Day 4: The Evidence of Things Not Seen by James Baldwin

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Day 4: The Evidence of Things Not Seen by James Baldwin. I think I’ve read everything by Baldwin and probably about Baldwin as well. His writing edges on excess — it’s always blood on nerve-ends of some kind, with the urgings of a prayer, evoking and arousing feeling. I love his novels (Another Country, Just Above My Head, Tell Me How Long the Train’s Been Gone) and his great classic essays (Nobody Knows My Name, The Fire Next Time, The Devil Finds Work). This short book, originally a long essay for Playgirl on the Atlanta Child murders of the early 80s, made a great impression on me. The title’s from the bible but also evoked the two great hermeneutics of the last century that also deal with the evidence of things not seen: Marxism and Psychoanalysis. The book’s conclusion is  like what Kanye told Bush, ‘American doesn’t give a fuck about black people’ but in this case made more potent by it taking place in Atlanta where a lot of the people were black, and so class becomes a factor: America kills poor poor black people. Much of the outrage was due to so many of the victims being so young. The analysis is brilliant and the writing superb. There’s a moment where he cites a black spiritual, ‘when the woman gets the blues lord, she bows her head and cries; when a man gets the blues lord, he takes the train and rides’: he then goes to explain what it is about America that makes that black man take that train. It’s electric, consciousness-raising writing.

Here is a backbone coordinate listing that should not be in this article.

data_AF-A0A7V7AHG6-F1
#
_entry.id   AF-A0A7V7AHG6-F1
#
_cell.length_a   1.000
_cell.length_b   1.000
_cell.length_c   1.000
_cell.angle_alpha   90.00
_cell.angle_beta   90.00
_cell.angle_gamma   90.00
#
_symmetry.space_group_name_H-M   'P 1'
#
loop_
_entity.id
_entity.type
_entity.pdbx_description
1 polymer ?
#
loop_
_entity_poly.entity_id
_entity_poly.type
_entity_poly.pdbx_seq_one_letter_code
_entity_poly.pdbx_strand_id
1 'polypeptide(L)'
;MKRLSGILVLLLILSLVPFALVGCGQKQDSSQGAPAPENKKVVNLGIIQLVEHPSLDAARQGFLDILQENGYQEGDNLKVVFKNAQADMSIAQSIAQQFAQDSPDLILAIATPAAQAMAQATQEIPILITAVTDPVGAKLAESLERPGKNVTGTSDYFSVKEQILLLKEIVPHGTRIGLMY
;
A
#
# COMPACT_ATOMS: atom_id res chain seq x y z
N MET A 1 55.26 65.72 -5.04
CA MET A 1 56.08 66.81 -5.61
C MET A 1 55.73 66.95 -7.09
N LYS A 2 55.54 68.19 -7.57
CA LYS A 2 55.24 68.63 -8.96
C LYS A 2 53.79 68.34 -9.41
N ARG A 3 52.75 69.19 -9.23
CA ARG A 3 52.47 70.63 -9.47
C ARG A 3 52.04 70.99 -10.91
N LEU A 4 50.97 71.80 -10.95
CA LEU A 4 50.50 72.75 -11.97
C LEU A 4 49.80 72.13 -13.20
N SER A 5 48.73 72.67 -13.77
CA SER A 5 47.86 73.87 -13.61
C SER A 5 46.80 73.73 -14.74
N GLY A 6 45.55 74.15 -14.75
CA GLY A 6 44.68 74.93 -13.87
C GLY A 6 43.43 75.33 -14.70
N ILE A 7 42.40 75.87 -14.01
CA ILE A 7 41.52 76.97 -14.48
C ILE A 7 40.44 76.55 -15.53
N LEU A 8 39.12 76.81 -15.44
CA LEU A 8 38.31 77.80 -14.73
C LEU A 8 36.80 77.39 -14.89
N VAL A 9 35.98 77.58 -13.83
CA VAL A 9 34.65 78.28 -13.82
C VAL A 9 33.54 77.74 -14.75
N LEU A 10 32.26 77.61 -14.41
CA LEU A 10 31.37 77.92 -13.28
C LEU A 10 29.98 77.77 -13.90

José Arroyo

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